John Hyde Harris

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John Hyde Harris
John Harris (New Zealand).jpg
John Hyde Harris
4th Superintendent of Otago Province
In office
2nd Mayor of Dunedin
In office
Member of the New Zealand Legislative Council
In office
In office
Personal details
Born (1826-11-24)24 November 1826
Deddington, Oxfordshire
Died 24 July 1886(1886-07-24) (aged 59)
 New Zealand
Spouse(s) Annie Cunningham (m. 1851, d. 1881)
Kate Philomena (m. 1881)
Relations William Cargill (father in law)
William Cutten (brother in law)
Children three daughters and six sons
Profession Lawyer, judge, run holder, politician

John Hyde Harris (24 November 1826 – 24 July 1886) was a 19th-century New Zealand politician. Born in England, he came to Dunedin as a young man and practised as a lawyer, and was then a judge. He entered provincial politics and was elected as the fourth Superintendent of the Otago Province. He then became Mayor of Dunedin and was called to the Legislative Council.

Early life[edit]

Harris was born in 1826 in Deddington in Oxfordshire, England. His parents were John Harris and Ann (née Hyde). He trained in law and came out to New Zealand in September 1850, arriving in Dunedin on the Poictiers.[1]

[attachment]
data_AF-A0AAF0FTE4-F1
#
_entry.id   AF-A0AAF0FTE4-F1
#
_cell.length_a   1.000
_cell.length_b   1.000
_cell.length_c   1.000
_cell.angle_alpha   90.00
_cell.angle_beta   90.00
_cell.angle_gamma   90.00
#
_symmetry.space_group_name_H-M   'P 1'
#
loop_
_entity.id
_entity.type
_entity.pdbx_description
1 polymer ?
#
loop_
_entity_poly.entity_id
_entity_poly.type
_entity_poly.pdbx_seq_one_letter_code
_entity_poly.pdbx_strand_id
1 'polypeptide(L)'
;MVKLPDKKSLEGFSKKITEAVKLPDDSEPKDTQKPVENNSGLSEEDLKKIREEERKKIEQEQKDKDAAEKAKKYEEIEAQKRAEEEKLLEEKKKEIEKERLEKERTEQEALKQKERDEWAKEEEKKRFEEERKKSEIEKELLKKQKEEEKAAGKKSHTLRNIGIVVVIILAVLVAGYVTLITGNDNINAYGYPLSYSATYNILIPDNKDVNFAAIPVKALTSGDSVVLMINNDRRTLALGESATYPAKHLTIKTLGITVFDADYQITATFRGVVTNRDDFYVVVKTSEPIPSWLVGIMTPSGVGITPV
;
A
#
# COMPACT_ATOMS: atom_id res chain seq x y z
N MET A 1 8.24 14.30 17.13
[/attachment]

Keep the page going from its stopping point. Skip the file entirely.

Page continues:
Private life in New Zealand[edit]

Harris married Annie Cunningham on 3 September 1851.[2] She was the daughter of William Cargill, who was to become the first Superintendent of Otago in 1853. Harris and Cargill had different political views, but Harris often agreed with William Cutten, who was married to another of Cargill's daughters.[1][3][4] Annie Cunningham died on 18 January 1881, aged 51.[4] They had three daughters and six sons.[1]

Harris remarried on 3 November 1881, to Kate Philomena, daughter of William Wallis Dunphy.[1]

Professional life[edit]

After his arrival in Dunedin, Harris practised as a lawyer for several years and was in partnership first with John Gillies and, in addition, since July 1857 with his son Thomas Gillies. In 1858, he was appointed judge at the District Court and he held that position until 1862 when the office was abolished.[1][5]